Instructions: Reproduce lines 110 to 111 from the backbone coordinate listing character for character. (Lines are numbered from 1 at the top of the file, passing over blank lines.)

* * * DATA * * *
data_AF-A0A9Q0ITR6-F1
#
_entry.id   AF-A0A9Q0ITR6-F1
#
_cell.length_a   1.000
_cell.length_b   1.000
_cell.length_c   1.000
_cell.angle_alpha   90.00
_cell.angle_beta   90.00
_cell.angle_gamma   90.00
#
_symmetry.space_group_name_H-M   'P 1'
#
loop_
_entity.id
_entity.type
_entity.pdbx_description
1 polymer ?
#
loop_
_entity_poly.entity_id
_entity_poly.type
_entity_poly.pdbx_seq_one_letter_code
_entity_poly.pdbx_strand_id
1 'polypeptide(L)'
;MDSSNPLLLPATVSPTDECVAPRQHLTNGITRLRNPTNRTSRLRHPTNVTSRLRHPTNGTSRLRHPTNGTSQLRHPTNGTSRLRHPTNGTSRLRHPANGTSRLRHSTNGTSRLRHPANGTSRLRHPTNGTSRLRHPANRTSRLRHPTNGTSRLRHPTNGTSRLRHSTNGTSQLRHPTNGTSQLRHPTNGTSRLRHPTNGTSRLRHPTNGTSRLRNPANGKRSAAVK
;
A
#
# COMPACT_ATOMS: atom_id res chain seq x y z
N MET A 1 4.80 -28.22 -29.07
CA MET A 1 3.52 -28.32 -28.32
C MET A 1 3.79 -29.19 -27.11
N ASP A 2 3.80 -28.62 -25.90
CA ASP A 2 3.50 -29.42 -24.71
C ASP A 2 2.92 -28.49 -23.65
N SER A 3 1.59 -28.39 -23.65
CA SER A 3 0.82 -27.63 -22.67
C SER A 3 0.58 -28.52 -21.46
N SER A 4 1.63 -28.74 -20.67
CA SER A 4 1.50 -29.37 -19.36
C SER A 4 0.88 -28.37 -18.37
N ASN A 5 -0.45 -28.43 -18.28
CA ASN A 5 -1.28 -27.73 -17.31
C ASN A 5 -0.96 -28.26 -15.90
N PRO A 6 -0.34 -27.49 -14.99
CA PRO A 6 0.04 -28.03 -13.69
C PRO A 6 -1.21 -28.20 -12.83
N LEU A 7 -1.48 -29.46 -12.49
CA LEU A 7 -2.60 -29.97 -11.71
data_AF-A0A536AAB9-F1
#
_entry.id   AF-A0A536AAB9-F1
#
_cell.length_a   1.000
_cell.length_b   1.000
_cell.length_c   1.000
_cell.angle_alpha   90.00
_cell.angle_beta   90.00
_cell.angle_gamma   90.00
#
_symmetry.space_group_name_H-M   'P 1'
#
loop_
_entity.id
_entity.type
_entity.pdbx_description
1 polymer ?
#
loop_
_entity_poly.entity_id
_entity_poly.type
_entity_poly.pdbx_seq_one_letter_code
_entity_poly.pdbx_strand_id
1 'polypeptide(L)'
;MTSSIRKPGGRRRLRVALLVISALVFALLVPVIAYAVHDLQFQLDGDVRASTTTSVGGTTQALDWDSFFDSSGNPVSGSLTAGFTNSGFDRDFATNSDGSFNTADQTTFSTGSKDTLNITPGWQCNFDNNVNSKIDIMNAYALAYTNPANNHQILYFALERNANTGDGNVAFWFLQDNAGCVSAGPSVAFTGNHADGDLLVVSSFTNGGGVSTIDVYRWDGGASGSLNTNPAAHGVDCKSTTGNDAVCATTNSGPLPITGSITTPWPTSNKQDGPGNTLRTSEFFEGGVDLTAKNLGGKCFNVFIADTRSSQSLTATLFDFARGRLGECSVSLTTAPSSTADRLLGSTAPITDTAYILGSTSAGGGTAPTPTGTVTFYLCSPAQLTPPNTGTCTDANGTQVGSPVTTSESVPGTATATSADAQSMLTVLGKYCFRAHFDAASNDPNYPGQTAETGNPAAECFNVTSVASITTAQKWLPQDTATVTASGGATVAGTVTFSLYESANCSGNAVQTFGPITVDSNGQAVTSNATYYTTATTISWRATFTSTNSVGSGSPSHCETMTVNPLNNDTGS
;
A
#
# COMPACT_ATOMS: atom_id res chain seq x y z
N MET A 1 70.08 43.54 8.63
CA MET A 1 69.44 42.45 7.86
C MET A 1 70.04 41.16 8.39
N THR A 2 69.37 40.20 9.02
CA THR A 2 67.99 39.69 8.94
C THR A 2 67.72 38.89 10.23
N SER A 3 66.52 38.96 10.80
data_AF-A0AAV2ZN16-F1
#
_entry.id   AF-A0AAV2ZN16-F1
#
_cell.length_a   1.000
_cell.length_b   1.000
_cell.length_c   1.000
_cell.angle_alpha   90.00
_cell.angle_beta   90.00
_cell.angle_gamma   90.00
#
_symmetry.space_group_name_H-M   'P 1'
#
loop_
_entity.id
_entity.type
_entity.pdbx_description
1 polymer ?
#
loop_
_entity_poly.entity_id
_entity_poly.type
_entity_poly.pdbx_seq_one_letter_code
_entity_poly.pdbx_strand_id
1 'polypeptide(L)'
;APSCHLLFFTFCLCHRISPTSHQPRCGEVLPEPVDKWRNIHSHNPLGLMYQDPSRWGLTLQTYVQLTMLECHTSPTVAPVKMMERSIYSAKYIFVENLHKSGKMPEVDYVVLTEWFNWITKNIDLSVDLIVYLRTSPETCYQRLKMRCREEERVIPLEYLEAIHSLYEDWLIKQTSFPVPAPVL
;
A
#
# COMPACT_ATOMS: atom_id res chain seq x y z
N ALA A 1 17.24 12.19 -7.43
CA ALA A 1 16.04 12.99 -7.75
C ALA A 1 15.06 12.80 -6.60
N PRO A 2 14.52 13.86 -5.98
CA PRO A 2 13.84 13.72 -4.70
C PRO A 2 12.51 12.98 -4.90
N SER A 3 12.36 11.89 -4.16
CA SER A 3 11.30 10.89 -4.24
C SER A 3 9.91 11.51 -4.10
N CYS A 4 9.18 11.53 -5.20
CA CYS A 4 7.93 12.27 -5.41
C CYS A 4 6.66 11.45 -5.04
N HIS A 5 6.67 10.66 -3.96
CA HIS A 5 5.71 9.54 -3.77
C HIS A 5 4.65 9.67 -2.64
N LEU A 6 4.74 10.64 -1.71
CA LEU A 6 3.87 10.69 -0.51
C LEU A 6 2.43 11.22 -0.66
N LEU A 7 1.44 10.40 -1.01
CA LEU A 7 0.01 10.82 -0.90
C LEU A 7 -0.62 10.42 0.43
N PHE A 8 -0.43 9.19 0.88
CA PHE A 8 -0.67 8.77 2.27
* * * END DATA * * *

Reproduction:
_entity_poly.pdbx_seq_one_letter_code
_entity_poly.pdbx_strand_id